CFPB to Collect Information on Mobile Financial Services; Cites Customer Service and Privacy Issues as Areas of Concern

The Consumer Financial Protection Bureau (CFPB) announced today that it would launch an inquiry “into the opportunities and challenges associated with the use of mobile financial services.” The official notice, which will be published in the Federal Register tomorrow, seeks information about how consumers are using mobile financial services to access products and services, manage finances and achieve their financial goals with a focus on economically vulnerable consumers.

The Bureau identified four general areas of interest – two framed as opportunities for mobile financial services, and two as prospective consumer protection concerns.

  • Access for the underserved. The Bureau indicated that it believed mobile financial services could provide a cost-efficient alternative for consumers presently “underserved” by the banking system, citing low-income and younger populations specifically. As part of this area of interest, the Bureau sought information regarding how mobile financial services can reach consumers across the economic spectrum and how financial service providers presently market the services to underserved populations.
  • Real-time money management. As the second category of opportunity, the Bureau indicated that it believed mobile financial services could improve consumer financial management by providing faster and more efficient ways to manage money in real time. The Bureau asked whether certain products or services were more promising in this regard than others and questioned the capacity to use such tools to prevent identity theft or fraud.
  • Customer service. The Bureau identified customer service as a potential area of concern for consumer protection, suggesting that consumers may be unable to obtain customer service due to the mobile nature of the service. As such, the Bureau raised questions regarding the “types of customer service or technical assistance concerns” and whether, for example, service providers should be required to provide access to a call center at all times.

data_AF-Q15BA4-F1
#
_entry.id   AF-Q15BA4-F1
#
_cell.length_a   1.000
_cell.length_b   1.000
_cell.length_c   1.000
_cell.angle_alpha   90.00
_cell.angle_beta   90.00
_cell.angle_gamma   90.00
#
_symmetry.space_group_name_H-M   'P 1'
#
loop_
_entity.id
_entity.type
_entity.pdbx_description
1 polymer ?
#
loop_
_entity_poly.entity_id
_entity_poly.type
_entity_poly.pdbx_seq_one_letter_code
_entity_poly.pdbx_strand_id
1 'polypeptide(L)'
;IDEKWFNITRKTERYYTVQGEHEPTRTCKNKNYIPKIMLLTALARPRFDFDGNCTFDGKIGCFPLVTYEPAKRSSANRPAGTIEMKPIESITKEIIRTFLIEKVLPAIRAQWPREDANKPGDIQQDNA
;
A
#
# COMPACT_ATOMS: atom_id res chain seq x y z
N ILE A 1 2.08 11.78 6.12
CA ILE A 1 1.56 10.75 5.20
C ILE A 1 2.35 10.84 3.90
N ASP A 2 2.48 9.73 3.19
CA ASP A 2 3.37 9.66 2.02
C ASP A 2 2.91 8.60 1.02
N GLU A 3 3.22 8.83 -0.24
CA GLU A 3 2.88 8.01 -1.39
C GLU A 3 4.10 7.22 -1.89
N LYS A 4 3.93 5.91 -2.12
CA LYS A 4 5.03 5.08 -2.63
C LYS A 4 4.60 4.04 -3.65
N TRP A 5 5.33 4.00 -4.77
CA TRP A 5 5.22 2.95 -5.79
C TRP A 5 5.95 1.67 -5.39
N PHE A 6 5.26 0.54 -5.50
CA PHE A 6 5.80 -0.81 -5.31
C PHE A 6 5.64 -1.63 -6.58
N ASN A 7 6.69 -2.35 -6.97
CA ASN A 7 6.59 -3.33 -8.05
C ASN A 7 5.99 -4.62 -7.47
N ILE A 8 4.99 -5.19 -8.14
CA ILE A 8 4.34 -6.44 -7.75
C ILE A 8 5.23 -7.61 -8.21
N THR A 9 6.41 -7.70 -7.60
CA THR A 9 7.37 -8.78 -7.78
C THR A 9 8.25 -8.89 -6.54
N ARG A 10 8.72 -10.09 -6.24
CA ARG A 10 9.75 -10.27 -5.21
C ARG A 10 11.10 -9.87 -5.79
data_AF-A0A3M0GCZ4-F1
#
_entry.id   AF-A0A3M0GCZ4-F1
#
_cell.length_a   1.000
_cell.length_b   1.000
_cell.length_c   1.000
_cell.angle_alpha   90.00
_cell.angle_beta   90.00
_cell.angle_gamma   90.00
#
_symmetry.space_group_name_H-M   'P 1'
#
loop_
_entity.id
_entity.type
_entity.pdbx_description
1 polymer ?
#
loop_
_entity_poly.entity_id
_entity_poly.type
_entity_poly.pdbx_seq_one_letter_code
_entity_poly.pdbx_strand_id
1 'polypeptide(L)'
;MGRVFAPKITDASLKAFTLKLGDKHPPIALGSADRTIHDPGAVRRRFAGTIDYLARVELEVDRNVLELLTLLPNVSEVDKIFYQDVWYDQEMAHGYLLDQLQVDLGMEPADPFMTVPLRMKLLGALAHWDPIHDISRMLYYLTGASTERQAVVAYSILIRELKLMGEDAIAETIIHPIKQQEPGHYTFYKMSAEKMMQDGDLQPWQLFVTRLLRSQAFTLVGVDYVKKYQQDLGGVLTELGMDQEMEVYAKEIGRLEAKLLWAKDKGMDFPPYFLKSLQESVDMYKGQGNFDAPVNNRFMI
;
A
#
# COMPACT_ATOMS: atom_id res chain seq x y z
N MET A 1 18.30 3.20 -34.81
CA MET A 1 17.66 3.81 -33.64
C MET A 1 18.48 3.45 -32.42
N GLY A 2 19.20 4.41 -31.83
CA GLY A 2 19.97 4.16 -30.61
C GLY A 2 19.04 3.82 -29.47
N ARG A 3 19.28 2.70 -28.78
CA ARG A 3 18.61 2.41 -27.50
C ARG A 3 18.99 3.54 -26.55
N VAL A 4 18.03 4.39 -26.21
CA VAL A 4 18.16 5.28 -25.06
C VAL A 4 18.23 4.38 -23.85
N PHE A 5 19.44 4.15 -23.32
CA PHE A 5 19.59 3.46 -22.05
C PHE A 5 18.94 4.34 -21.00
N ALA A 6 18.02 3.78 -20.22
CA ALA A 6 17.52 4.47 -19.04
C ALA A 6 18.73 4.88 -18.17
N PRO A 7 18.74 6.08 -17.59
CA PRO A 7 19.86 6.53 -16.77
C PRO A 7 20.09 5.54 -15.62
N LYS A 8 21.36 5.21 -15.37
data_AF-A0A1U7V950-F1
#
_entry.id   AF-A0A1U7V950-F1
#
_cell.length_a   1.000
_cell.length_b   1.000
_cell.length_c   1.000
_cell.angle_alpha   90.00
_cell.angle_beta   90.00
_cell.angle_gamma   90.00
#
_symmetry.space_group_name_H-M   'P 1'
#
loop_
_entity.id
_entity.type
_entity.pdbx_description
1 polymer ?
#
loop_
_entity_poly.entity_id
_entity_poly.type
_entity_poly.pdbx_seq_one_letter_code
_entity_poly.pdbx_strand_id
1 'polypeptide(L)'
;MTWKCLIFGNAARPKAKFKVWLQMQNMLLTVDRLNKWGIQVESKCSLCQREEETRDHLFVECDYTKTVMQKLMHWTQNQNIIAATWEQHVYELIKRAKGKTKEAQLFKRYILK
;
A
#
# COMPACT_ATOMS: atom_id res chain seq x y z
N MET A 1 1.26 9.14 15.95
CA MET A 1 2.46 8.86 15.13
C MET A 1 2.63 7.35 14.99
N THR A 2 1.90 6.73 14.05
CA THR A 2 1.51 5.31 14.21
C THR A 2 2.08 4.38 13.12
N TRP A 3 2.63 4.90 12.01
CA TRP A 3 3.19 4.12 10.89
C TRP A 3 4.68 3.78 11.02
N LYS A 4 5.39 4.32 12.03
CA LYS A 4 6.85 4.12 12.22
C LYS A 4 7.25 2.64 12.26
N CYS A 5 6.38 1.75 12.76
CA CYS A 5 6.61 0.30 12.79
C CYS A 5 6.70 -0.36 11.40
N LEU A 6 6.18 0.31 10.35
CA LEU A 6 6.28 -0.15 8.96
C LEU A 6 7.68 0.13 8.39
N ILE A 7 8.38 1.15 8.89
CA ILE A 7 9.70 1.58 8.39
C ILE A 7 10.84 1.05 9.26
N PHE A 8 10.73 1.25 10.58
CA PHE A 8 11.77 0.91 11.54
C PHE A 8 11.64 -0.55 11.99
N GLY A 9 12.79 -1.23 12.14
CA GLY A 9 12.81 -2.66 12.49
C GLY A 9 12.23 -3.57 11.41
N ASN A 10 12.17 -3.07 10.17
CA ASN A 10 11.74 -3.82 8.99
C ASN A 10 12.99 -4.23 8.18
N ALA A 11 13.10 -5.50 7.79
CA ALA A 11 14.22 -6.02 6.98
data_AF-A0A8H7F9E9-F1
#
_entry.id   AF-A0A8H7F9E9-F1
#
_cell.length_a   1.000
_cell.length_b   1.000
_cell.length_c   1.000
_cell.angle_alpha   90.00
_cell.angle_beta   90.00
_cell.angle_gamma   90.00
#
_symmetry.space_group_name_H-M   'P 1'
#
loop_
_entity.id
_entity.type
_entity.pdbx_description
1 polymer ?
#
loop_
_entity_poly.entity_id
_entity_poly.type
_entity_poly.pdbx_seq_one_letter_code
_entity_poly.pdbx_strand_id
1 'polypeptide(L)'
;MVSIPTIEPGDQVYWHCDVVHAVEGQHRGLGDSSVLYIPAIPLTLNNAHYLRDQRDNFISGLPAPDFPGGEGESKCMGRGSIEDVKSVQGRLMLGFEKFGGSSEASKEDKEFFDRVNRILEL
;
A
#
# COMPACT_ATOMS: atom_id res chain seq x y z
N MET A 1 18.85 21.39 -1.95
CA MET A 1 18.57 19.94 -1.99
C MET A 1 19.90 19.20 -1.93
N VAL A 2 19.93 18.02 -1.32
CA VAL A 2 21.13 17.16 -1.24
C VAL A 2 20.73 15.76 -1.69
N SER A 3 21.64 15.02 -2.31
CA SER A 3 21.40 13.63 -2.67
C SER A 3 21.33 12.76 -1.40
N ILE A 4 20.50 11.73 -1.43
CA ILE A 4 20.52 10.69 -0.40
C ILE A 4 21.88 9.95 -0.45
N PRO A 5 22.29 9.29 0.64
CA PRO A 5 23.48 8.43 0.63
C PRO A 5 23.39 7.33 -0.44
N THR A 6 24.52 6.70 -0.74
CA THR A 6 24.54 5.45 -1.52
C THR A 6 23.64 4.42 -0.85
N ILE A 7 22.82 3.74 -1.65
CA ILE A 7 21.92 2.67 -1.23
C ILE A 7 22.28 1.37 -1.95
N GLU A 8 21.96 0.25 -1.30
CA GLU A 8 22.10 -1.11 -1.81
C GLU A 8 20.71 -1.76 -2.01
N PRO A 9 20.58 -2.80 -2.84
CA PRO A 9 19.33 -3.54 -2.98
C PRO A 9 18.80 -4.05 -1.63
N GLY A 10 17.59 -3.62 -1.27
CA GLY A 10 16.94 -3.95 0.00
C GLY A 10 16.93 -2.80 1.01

• Privacy concerns and data breaches. The Bureau indicated that privacy and security concerns, rightly or wrongly, had been cited by consumers as a reason for not using mobile financial services. The Bureau questioned whether “lower cost platforms or devices carry less security and privacy protections” and whether data breaches are more common in the mobile platform relative to online financial services generally.
The Bureau also sought information regarding other issues outside of these four categories, including the potential impact of expanded mobile services on conventional banking methods and the role of loyalty and rewards programs in mobile financial services.

The information request suggests that the Bureau may attempt to use its authority under the Dodd-Frank Act to expand further into arenas touching on telecommunications and privacy and data security. As part of the summary, the notice cites to the CFPB’s “mission to empower consumers to take more control over their economic lives.”

Comments are due on the information request 90 days after publication.